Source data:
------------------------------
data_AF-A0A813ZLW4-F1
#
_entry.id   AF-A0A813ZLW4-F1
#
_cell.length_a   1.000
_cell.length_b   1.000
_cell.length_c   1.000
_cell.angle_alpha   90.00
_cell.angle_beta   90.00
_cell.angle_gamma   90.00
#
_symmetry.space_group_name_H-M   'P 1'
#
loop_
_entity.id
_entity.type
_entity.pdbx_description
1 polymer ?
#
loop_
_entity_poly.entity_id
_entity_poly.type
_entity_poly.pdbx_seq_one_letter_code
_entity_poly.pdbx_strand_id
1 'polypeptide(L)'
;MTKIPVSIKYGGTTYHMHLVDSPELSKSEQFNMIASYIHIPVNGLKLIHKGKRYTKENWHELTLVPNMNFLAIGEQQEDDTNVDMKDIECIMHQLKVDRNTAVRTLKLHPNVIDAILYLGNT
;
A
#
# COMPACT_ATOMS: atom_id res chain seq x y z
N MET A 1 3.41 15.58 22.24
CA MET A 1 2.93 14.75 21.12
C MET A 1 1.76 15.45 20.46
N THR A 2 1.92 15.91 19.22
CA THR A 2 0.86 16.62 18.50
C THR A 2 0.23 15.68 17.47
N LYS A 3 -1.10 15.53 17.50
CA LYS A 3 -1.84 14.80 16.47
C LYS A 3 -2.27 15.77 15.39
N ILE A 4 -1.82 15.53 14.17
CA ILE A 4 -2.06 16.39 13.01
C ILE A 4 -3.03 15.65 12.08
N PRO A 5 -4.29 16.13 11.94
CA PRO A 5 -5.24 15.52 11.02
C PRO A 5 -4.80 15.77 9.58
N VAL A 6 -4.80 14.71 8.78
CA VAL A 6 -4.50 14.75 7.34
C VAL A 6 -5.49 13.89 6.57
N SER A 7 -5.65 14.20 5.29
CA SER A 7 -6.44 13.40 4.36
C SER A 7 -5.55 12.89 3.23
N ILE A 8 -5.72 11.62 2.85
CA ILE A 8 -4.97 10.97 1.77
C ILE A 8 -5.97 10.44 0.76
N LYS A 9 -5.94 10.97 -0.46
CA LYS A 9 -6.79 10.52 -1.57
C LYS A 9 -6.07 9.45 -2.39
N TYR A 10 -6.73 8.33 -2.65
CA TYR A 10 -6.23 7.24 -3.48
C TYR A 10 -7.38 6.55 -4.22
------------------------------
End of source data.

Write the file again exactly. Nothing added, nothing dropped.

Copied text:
data_AF-A0A813ZLW4-F1
#
_entry.id   AF-A0A813ZLW4-F1
#
_cell.length_a   1.000
_cell.length_b   1.000
_cell.length_c   1.000
_cell.angle_alpha   90.00
_cell.angle_beta   90.00
_cell.angle_gamma   90.00
#
_symmetry.space_group_name_H-M   'P 1'
#
loop_
_entity.id
_entity.type
_entity.pdbx_description
1 polymer ?
#
loop_
_entity_poly.entity_id
_entity_poly.type
_entity_poly.pdbx_seq_one_letter_code
_entity_poly.pdbx_strand_id
1 'polypeptide(L)'
;MTKIPVSIKYGGTTYHMHLVDSPELSKSEQFNMIASYIHIPVNGLKLIHKGKRYTKENWHELTLVPNMNFLAIGEQQEDDTNVDMKDIECIMHQLKVDRNTAVRTLKLHPNVIDAILYLGNT
;
A
#
# COMPACT_ATOMS: atom_id res chain seq x y z
N MET A 1 3.41 15.58 22.24
CA MET A 1 2.93 14.75 21.12
C MET A 1 1.76 15.45 20.46
N THR A 2 1.92 15.91 19.22
CA THR A 2 0.86 16.62 18.50
C THR A 2 0.23 15.68 17.47
N LYS A 3 -1.10 15.53 17.50
CA LYS A 3 -1.84 14.80 16.47
C LYS A 3 -2.27 15.77 15.39
N ILE A 4 -1.82 15.53 14.17
CA ILE A 4 -2.06 16.39 13.01
C ILE A 4 -3.03 15.65 12.08
N PRO A 5 -4.29 16.13 11.94
CA PRO A 5 -5.24 15.52 11.02
C PRO A 5 -4.80 15.77 9.58
N VAL A 6 -4.80 14.71 8.78
CA VAL A 6 -4.50 14.75 7.34
C VAL A 6 -5.49 13.89 6.57
N SER A 7 -5.65 14.20 5.29
CA SER A 7 -6.44 13.40 4.36
C SER A 7 -5.55 12.89 3.23
N ILE A 8 -5.72 11.62 2.85
CA ILE A 8 -4.97 10.97 1.77
C ILE A 8 -5.97 10.44 0.76
N LYS A 9 -5.94 10.97 -0.46
CA LYS A 9 -6.79 10.52 -1.57
C LYS A 9 -6.07 9.45 -2.39
N TYR A 10 -6.73 8.33 -2.65
CA TYR A 10 -6.23 7.24 -3.48
C TYR A 10 -7.38 6.55 -4.22